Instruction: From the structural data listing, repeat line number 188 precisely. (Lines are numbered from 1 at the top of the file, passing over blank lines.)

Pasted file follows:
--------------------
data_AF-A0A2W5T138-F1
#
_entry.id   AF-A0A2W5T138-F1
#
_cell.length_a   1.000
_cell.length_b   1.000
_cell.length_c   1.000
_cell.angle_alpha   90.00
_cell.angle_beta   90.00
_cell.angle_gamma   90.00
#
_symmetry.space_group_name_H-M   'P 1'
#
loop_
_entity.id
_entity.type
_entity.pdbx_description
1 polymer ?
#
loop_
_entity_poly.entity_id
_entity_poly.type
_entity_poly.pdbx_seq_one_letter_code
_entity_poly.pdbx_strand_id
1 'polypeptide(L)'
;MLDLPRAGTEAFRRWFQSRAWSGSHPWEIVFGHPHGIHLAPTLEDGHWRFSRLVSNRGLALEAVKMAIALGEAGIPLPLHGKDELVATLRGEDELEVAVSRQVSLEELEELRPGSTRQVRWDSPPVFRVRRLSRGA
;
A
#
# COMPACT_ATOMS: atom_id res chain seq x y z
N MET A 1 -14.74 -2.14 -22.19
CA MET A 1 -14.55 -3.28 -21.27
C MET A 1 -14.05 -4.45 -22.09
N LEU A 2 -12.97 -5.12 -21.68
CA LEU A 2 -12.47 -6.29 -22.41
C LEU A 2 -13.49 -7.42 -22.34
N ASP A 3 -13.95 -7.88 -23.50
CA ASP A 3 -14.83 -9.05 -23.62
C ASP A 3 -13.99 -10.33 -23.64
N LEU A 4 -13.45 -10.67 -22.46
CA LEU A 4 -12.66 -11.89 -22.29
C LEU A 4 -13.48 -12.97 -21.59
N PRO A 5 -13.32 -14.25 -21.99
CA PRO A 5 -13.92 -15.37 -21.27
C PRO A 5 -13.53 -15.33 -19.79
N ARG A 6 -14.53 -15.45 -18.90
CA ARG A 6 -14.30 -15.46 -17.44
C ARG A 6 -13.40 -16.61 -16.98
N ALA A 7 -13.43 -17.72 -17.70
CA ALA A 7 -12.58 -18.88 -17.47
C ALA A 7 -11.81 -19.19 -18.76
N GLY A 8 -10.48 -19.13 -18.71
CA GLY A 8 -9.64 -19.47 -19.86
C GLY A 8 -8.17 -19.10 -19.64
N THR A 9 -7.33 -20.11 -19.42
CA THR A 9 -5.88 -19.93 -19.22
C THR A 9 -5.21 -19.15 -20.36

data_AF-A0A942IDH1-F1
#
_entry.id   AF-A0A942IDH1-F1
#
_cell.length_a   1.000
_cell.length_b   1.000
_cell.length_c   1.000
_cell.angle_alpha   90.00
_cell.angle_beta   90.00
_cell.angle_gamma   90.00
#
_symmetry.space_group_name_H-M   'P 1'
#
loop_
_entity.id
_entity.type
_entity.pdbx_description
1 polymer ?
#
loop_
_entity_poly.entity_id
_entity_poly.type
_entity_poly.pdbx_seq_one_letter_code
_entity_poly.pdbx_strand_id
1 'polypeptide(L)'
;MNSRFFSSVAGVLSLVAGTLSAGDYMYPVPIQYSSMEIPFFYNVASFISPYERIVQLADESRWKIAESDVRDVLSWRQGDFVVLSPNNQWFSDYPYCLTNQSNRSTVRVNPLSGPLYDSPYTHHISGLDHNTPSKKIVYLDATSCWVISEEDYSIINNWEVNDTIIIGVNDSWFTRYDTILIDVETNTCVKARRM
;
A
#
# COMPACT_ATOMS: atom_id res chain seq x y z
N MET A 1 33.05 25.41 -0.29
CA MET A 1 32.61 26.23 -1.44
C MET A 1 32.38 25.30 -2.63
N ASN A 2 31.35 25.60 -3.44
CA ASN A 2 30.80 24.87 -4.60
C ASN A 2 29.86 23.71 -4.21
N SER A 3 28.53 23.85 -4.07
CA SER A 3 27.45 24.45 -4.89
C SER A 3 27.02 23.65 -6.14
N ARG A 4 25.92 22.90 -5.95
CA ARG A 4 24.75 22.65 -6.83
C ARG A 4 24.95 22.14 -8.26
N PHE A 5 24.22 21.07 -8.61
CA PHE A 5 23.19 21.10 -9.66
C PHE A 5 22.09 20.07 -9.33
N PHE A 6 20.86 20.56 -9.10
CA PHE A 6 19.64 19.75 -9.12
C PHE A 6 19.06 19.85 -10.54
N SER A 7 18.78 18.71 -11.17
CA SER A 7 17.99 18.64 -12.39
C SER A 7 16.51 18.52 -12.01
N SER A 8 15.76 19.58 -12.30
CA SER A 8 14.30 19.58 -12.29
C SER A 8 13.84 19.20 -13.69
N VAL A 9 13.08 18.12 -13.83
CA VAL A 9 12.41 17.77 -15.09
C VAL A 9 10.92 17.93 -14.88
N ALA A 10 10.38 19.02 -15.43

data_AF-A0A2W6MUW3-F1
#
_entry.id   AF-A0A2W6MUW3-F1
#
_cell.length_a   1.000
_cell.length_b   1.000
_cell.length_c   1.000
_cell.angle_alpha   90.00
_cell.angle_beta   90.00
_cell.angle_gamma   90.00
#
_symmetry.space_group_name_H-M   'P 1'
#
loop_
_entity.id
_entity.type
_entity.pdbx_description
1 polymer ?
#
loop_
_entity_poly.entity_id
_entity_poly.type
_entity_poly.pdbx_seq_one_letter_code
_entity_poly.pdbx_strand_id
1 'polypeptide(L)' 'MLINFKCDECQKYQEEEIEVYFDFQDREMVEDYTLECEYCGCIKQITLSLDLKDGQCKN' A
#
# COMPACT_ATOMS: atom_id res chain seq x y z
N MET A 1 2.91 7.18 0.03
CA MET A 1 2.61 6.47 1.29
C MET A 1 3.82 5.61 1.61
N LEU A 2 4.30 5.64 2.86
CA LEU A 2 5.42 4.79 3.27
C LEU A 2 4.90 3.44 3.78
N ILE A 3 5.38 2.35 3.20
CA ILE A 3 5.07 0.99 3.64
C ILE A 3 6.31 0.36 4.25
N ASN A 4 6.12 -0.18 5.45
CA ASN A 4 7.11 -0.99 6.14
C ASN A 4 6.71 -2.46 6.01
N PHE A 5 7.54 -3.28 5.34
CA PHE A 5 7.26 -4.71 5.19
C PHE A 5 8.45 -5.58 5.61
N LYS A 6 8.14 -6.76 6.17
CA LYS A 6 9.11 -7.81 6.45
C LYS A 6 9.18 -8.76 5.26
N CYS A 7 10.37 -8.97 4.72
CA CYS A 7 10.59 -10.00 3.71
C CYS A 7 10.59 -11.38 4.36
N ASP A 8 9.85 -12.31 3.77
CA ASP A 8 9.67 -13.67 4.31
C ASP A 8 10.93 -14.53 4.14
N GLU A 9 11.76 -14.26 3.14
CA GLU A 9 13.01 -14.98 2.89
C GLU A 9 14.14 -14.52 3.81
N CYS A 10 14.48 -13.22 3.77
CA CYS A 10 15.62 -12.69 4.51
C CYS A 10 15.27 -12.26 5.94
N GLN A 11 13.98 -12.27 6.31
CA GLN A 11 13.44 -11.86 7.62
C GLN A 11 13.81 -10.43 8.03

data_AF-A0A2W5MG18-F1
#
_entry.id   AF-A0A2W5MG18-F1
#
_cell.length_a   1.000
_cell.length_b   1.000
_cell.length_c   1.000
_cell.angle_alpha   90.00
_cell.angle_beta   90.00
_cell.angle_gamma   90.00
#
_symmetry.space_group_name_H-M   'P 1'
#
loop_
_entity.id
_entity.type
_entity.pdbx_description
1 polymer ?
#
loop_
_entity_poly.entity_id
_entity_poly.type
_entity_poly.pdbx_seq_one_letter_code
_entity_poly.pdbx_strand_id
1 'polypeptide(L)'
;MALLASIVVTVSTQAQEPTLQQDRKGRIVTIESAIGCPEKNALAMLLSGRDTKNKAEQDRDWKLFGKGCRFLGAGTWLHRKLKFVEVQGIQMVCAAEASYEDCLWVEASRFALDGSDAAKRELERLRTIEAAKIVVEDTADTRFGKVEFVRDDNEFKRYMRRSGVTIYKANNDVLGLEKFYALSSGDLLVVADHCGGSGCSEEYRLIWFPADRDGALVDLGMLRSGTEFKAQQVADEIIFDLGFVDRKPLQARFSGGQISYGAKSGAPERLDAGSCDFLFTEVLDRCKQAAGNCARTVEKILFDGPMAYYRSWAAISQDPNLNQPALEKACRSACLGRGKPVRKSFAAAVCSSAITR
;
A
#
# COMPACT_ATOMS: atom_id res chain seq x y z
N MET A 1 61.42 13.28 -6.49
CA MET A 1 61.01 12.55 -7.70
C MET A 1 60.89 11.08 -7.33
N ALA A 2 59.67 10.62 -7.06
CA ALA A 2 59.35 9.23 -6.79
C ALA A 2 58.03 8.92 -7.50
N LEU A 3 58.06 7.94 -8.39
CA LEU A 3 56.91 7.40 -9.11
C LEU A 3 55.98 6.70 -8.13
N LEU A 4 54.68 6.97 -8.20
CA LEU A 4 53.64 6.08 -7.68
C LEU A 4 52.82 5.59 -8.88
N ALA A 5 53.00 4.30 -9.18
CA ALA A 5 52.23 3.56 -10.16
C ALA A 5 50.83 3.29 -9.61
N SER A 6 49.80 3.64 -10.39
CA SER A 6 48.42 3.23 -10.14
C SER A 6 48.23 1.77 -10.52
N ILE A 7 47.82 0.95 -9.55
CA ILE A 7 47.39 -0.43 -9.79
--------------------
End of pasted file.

#